St Andrew is the paton saint of Scotland, but who was he? Anyone who attended Sunday School will remember Jesus going to the Sea of Galilee and calling Simon Peter, and his brother (2 fishermen) to come and be "Fishers of Men". Simon Peter's brother was Andrew.
Andrew was a disciple, an apostle and an evangelist for early Christianity. He was crucified in Greece by the Romans and was hung on an 'X' shaped cross. Legend has it that St Regulus (St Rule) was ordered by God to have Andrew's remains "scattered to the ends of the earth." Some believe this was simply meaning that his evangelism be scattered to the ends of the earth. However, St Regulus set off across the sea and stepped ashore in Fife - in the town now known as St Andrew's. A fishing village. He is known as the Saint of Fishermen, maidens and barren women.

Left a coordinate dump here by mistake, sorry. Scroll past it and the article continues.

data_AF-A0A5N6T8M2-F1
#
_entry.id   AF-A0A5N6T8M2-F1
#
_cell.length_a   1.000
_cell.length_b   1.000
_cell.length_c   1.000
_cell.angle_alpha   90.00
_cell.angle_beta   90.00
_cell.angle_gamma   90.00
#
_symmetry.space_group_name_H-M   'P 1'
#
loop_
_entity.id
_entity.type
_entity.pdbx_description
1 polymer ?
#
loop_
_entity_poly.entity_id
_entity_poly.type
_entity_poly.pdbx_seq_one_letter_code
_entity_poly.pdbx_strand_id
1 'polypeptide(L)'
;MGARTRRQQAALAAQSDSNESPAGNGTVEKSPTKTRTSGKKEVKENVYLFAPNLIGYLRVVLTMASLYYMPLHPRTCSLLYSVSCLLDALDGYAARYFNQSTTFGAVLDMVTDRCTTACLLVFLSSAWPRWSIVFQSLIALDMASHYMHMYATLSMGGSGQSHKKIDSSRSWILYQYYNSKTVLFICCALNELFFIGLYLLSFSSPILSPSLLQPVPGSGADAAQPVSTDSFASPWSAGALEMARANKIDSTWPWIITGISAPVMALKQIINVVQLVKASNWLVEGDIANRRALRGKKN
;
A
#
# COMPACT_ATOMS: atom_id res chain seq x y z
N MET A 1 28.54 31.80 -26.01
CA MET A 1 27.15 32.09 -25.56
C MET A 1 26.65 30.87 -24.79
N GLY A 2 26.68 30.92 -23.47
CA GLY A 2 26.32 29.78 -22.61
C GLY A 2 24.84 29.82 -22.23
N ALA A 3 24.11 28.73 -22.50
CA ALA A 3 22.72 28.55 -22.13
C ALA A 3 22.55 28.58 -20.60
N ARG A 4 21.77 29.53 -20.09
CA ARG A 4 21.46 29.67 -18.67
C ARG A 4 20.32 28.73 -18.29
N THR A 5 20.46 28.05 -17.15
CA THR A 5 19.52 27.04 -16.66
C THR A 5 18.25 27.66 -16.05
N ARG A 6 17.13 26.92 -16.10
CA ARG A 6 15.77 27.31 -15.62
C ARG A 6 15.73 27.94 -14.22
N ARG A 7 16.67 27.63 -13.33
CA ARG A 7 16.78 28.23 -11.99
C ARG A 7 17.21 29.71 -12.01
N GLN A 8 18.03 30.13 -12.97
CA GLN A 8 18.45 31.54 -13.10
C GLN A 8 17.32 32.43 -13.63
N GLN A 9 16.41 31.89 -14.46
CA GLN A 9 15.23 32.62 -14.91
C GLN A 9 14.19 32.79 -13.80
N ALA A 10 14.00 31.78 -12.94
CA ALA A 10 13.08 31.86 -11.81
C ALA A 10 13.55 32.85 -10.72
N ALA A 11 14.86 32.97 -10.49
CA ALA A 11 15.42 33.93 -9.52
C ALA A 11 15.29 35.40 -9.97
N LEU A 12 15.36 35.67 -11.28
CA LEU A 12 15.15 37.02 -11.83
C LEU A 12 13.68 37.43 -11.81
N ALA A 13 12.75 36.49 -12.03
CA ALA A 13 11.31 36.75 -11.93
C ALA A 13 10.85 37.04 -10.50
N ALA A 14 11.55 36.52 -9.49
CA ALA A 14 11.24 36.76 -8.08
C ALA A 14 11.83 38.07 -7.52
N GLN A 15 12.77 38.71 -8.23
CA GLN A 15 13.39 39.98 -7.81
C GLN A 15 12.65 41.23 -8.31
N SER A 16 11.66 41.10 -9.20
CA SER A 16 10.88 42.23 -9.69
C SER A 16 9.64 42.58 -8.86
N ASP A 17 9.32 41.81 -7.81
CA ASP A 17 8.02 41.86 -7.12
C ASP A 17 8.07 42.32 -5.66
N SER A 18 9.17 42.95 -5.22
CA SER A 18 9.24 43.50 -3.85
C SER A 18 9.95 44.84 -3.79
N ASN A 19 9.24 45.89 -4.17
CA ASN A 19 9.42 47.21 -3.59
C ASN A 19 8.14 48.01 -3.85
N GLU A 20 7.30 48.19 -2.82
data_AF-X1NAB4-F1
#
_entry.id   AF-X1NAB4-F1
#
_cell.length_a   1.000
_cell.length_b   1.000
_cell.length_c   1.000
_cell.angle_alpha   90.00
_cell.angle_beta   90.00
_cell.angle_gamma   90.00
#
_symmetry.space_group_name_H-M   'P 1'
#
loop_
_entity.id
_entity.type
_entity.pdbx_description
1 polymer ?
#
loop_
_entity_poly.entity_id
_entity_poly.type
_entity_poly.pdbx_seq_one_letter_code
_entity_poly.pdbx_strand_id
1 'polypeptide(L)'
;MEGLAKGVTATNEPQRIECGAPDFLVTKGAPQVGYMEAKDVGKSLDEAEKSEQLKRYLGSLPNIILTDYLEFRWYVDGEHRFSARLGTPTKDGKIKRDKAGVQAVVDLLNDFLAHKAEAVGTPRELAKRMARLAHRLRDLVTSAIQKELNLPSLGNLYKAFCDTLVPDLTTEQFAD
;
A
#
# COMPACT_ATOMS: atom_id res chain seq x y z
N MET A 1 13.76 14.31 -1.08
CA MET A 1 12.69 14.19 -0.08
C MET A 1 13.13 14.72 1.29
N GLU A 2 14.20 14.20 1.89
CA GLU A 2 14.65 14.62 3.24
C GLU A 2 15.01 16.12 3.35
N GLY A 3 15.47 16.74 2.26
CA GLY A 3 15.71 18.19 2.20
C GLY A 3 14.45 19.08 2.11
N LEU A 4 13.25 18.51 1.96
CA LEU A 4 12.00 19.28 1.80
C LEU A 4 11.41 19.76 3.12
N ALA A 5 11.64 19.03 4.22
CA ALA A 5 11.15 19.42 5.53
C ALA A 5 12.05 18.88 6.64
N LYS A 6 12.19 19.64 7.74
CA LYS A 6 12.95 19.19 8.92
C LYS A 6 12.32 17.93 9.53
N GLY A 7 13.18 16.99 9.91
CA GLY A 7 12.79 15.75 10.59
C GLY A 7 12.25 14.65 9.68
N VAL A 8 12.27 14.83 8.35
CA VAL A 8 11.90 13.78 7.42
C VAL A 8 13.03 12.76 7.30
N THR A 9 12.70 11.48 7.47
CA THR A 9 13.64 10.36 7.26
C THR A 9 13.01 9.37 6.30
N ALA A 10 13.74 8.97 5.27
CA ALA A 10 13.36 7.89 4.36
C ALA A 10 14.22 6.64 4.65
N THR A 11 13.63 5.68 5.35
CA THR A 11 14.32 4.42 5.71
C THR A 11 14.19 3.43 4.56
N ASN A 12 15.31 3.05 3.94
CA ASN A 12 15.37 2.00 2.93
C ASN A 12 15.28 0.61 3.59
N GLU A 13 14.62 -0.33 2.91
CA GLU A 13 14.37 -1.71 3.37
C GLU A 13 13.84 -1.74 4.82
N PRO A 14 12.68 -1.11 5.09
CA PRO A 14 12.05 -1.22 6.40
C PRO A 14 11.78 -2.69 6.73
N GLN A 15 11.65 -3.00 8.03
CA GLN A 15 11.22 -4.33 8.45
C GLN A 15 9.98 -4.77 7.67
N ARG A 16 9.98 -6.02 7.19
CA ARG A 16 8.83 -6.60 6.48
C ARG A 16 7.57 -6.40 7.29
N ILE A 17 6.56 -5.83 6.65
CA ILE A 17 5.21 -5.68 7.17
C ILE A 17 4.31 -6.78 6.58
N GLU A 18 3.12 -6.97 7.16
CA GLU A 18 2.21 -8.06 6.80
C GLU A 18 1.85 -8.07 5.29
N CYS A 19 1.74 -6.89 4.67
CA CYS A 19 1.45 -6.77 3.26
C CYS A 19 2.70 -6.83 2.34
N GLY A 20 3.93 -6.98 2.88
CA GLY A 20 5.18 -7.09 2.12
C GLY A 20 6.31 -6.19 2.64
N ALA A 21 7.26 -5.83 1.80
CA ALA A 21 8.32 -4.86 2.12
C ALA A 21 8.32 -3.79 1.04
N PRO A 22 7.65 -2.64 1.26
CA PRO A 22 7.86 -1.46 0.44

The Saltire - or the cross of St Andrew's - was later adopted as the national emblem of Scotland. The cross is 'X' shaped to match the cross Andrew was crucified on. The white cross was originally silver, but in heraldry, white stands for silver. The saltire is incorporated into the Union Jack (a white diagonal cross).
It was in 1320, at the signing of the Declaration of Arbroath, that Andrew was officially declared the Patron Saint of Scotland. Today St Andrew's Day is a bank holiday. For those of us not living in Scotland, but of Scottish ancestry, it becomes a day to honour our heritage.